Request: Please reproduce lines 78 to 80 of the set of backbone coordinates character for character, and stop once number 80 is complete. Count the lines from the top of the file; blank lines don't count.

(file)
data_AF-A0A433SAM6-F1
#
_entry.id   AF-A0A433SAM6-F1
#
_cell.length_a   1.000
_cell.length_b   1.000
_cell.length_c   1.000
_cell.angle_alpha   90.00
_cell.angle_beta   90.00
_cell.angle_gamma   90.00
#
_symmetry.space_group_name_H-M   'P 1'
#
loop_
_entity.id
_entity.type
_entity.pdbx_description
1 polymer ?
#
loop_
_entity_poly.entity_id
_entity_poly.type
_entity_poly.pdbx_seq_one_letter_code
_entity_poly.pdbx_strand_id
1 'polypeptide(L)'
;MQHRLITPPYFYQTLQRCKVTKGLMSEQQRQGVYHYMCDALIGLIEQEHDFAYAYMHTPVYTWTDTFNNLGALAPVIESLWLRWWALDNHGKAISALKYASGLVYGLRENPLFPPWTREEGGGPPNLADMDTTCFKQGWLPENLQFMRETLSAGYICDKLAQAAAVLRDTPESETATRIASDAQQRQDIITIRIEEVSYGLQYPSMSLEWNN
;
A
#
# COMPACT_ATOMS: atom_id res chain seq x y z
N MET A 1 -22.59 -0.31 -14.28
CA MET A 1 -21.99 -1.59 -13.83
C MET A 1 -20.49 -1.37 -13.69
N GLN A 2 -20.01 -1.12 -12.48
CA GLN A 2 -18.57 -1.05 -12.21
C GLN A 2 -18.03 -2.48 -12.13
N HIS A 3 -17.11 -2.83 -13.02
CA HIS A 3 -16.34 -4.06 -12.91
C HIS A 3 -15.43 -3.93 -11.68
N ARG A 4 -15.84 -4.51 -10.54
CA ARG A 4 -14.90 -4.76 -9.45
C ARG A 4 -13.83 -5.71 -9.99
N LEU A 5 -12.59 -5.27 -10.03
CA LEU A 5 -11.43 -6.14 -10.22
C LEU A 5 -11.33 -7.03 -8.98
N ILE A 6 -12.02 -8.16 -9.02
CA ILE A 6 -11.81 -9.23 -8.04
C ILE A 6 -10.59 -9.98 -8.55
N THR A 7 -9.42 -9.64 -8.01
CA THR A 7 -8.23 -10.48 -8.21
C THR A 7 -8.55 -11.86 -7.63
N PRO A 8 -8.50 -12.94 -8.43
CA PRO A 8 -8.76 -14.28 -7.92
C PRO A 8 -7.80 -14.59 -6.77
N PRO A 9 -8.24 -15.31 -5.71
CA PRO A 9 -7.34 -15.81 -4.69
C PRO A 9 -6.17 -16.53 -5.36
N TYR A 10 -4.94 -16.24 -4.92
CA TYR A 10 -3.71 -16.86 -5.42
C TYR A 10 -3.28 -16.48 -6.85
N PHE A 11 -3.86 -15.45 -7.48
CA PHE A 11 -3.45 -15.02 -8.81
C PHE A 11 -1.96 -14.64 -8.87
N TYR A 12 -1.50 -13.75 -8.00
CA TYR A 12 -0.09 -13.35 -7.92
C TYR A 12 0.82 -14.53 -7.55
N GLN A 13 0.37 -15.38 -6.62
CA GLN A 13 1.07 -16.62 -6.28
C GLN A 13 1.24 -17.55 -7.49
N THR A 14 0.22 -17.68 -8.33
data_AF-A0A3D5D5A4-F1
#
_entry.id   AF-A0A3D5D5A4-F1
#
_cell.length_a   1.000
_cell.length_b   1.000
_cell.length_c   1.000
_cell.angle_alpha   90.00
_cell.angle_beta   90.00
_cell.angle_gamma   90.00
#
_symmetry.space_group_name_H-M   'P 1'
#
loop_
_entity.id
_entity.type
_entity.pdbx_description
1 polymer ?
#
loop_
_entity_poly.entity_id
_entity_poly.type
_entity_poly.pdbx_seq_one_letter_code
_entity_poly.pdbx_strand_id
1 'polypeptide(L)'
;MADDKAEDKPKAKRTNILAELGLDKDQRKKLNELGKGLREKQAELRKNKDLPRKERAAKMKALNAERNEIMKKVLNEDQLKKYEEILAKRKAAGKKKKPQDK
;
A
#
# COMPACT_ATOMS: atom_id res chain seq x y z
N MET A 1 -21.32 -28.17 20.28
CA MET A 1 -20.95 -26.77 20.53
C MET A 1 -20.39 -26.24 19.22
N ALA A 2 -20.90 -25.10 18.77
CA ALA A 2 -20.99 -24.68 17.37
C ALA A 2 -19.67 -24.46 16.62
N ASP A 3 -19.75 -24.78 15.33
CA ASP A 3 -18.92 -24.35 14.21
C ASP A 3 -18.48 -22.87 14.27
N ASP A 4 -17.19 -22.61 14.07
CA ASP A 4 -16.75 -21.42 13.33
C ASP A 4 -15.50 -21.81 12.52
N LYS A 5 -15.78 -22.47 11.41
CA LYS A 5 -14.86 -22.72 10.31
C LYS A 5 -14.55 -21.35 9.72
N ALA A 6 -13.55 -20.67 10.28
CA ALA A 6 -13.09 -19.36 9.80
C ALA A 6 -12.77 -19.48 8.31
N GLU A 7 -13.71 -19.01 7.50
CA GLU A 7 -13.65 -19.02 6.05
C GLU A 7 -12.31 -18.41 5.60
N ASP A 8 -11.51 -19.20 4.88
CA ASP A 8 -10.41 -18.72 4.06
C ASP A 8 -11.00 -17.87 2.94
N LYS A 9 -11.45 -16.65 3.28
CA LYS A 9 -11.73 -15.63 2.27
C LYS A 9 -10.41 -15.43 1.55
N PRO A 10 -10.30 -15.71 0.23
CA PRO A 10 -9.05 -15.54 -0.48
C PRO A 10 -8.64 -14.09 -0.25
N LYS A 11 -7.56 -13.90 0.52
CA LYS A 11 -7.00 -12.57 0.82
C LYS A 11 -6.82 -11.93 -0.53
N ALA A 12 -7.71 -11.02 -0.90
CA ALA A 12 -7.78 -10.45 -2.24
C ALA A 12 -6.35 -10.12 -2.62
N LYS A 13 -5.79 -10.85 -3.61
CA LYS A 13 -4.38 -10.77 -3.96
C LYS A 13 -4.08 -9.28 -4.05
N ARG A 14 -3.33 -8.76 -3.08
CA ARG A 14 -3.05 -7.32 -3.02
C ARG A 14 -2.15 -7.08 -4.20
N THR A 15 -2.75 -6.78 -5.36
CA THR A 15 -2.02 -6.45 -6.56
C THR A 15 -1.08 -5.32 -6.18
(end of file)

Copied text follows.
_cell.angle_alpha   90.00
_cell.angle_beta   90.00
_cell.angle_gamma   90.00